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INNOVATION SPREADING: A PROCESS ON MULTIPLE SCALES

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  1. INNOVATION SPREADING: A PROCESS ON MULTIPLE SCALES JánosKertész Central European University Center for Network Science Lorentz Centre, Leiden, 2013

  2. In collaboration with: MártonKarsai Northeastern University  Université de Lyon Gerardo Iñiguez KimmoKaski Aalto University Ando Sabbas Skype Research Labs Marlon Dumas Tartu University

  3. Outline • Role of innovations in economy • Innovation diffusion • Skype data and network characteristics • Mean field theory of spreading • Predictions, scenarios and correlations with global characteristics • Summary, to do

  4. Role of innovation in economy Equilibrium theories: Static view. There are needs (demand), which can be satisfied by supply of goods and services at the price determined by their balance. Change one parameter and assume smooth dependence. Economic growth: Non-equilibrium. Increasing productivity, new products, new demand. (Schumpeter’s “creative destruction”). Key element: Innovation Innovation: creation of novel values through invention, ideas, technologies, processes.

  5. In 1898 the first international urban planning conference convened in New York. One topic dominated discussion: manure. Cities all over the world, including Sydney, were experiencing the same problem. Unable to see any solution to the manure crisis, the delegates abandoned the conference after three days instead of the scheduled ten days. Then, quite quickly, the crisis passed as millions of horses were replaced by millions of motor vehicles. Cars were cheaper to own and operate than horse-drawn vehicles, both for the individual and for society. In 1900, 4,192 cars were sold in the US; by 1912 that number had risen to 356,000. In 1912, traffic counts in New York showed more cars than horses for the first time. http://bytesdaily.blogspot.nl/2011/07/great-horse-manure-crisis-of-1894.html

  6. Invention is not enough, success is needed! (see, e.g., typing keyboard as a counterexample) Spreading (diffusion) of innovations For success the innovation has to spread through the target population. Verbal theory (E.M. Rogers) Innovators: 2.5% Early Adopters: 13.5% Early majority: 34% Late majority 34% Laggards 16%

  7. Spreading mechanism Network effects are crucial Adoption rate p: probability of adoption m: market potential Mahajan, Muller and Bass (1990)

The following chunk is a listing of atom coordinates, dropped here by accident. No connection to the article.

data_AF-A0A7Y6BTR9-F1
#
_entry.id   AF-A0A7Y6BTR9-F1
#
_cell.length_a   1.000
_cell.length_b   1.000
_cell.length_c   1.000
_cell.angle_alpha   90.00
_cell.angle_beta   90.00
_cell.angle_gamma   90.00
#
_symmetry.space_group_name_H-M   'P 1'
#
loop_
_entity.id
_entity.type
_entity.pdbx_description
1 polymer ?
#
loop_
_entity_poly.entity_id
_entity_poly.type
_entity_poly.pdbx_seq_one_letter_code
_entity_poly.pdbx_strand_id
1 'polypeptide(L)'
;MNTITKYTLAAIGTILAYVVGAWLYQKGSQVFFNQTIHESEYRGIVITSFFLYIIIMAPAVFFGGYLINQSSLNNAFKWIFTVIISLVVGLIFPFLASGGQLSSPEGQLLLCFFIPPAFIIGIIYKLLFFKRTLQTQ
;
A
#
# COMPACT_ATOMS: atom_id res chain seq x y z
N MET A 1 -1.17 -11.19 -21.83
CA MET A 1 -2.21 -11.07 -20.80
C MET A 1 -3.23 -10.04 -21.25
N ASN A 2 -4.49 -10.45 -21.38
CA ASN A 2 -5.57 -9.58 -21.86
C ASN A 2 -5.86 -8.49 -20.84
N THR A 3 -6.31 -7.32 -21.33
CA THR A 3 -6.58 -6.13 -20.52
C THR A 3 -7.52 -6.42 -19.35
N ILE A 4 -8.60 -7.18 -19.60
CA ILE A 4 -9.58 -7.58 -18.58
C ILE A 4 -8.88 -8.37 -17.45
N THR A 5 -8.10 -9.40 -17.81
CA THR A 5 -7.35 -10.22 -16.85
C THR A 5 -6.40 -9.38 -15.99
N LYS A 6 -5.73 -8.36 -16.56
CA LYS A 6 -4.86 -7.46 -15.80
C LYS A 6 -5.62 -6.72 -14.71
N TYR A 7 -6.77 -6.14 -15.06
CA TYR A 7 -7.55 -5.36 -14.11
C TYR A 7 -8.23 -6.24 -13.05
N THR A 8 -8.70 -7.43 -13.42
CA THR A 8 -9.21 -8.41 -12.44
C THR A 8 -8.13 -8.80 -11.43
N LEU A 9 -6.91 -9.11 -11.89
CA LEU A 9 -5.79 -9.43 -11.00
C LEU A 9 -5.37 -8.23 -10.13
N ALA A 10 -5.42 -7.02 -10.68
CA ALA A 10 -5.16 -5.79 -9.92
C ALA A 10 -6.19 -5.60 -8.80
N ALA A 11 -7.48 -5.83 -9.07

8. Diffusion networks • Two effects: peer communication and mass media • Social learning theory (“microscopic” mechanism) • Sociological aspects (Opinion leadership, homophily as a barrier) • Analogies and differences to epidemic spreading • SOCIAL NETWORK STRUCTURE,cascading on networks

  9. Mathematical models for (epidemic) spreading Nodes can be in different states Susceptible (S)  Target population for innovation: not yet adopters Infected (I)  Adopters Recovered (R)  Terminated Different rates describe the transitions between these states, depending on the microscopic details of the process. In epidemics, if I meets S, SI, IR spontaneously, R S sometimes etc. Accordingly, there are families of spreading models: SI SIR SIRS etc. Huge amount of literature (e.g. Barrat, Barthelémy, Vespignani book)

  10. Effect of the network structure on spreading Network of social contacts has nontrivial mesoscale structure: There are strongly wired communities con-nected by weak ties “The strength of weak ties” Granovetter 1976 Onnela et al. PNAS, 2007

  11. Diffusion of information Knowledge of information diffusion based on unweighted networks Use the empirical network to study diffusion on a weighted network: Does the local relationship between topology and tie strength have an effect? Spreading simulation: infect one node with new information (1) Empirical:pij wij (2) Reference:pij <w> Spreading significantly faster on the reference (average weight) network Information gets trapped in communities in the real network SI dynamics Reference Empirical

  12. Empirical Reference Diffusion of information Where do individuals get their information? Majority ofboth weak and strong ties have subordinate role as information sources! The importance of intermediate ties!

  13. Correlations influence spreading • Topology (community structure) • Weight-topology • Daily pattern • Bursty dynamics • Link-link dynamic correlations Karsai et al. PRE (R) 2011

  14. Correlations influence spreading Event stamps based simulation Reference systems by appropriate shuffling. Dominant decelerating effect Weight-topology + burstiness

  15. Innovation spreading in the society Data from Skype: • Information about: • Basic service network • Adoption of additional services • Data about location (IP)

  16. Social network layer

  17. Online social network layer

  18. Online service network layer unknown

  19. Separation of time scales

  20. Skype slides missing

  21. Summary • Innovations are crucial for understanding the dynamics of the economy • Diffusion of innovation is a mechanism with parallels and differences to spreading of diseases • Network correlations influence spreading speed significantly • Skype data are ideal to study diffusion of innovation, which can be modeled as adoption and terminating process • Basic processes are: Spontaneous adoption, peer pressure, temporal halt and terminating • We verified that pear pressure is proportional to the rate of adopting neighbors • Mean field works surprisingly well • Correlations with country characteristics

  22. Thank you! NOTE: Postdoc position open at CEU Center for Network Science Contact me: janos.kertesz@gmail.com